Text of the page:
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A woman, aged 36, was admitted to hospital with major vaginal bleeding. She had cirrhosis caused by hepatitis C and had been previously treated with band ligation for recurrent bleeds from esophageal varices. She also had an episode of bleeding from varices in the small bowel that settled with conservative management including splanchnic vasoconstrictor therapy. Additional past history included a hysterectomy. The vaginal bleeding was controlled with vaginal packing, infusion of blood products and ligation of a bleeding lesion in the vaginal wall. However, episodes of vaginal bleeding continued over the subsequent 3 weeks. A contrast-enhanced computed tomography scan showed large pelvic varices and these were confirmed by the presence of prominent veins at vaginoscopy (Figure 1). Because of continued major bleeding, transjugular portal venography was performed. There was a portosystemic gradient of 11 mmHg with extensive pelvic varices associated with the inferior mesenteric vein (Figure 2 left). A 10 x 80 mm portosystemic shunt (TIPS) was then deployed that extended from the right portal vein through the right hepatic vein and into the inferior vena cava (Figure 2 right). This was followed by embolization of the pelvic varices with foamed fibrovein sclerosant. Since the procedure, the patient has remained well with no further bleeding from portal hypertension.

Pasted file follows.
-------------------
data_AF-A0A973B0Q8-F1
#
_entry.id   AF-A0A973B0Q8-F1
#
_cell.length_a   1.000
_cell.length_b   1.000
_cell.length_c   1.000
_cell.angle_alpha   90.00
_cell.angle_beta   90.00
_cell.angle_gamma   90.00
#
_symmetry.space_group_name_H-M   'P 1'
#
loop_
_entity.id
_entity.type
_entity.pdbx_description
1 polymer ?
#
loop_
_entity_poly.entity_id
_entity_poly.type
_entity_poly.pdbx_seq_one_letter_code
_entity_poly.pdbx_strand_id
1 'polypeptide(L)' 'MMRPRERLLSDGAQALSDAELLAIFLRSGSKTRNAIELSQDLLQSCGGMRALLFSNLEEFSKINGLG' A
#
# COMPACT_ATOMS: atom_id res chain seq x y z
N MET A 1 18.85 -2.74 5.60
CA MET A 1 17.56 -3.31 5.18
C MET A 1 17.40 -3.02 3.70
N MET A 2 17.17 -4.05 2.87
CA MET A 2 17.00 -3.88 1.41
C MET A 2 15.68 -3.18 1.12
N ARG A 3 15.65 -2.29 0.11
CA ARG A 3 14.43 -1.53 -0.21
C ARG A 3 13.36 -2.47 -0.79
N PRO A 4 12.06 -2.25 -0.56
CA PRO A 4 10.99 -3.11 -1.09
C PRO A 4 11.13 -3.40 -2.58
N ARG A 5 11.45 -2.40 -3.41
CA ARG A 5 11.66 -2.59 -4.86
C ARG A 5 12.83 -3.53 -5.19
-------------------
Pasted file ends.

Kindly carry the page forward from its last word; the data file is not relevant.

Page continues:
The gastro-esophageal region is the most common area for portal hypertensive hemorrhage. Varices that occur outside of this area are often called “ectopic” varices, but these only account for a minority (5%) of all episodes of variceal bleeding. The more common sites for bleeding ectopic varices include gastrointestinal stomas (30%), duodenum (20%), jejunum and ileum (20%), colon and rectum (8%) and peritoneum (10%). Vaginal variceal bleeding appears to be rare as there are only 7 case reports in the medical literature. Most of these patients have had a hysterectomy, presumably with the development of post-surgical collaterals. The initial management of vaginal varices consists of resuscitation and local control with tamponade. This is the third patient in the medical literature who has been treated with TIPS but other options include balloon-occluded retrograde transvenous obliteration and liver transplantation. For patients with active bleeding who are not appropriate for TIPS, the transhepatic approach to the portal vein is usually preferred because of more rapid access into the mesenteric venous system.

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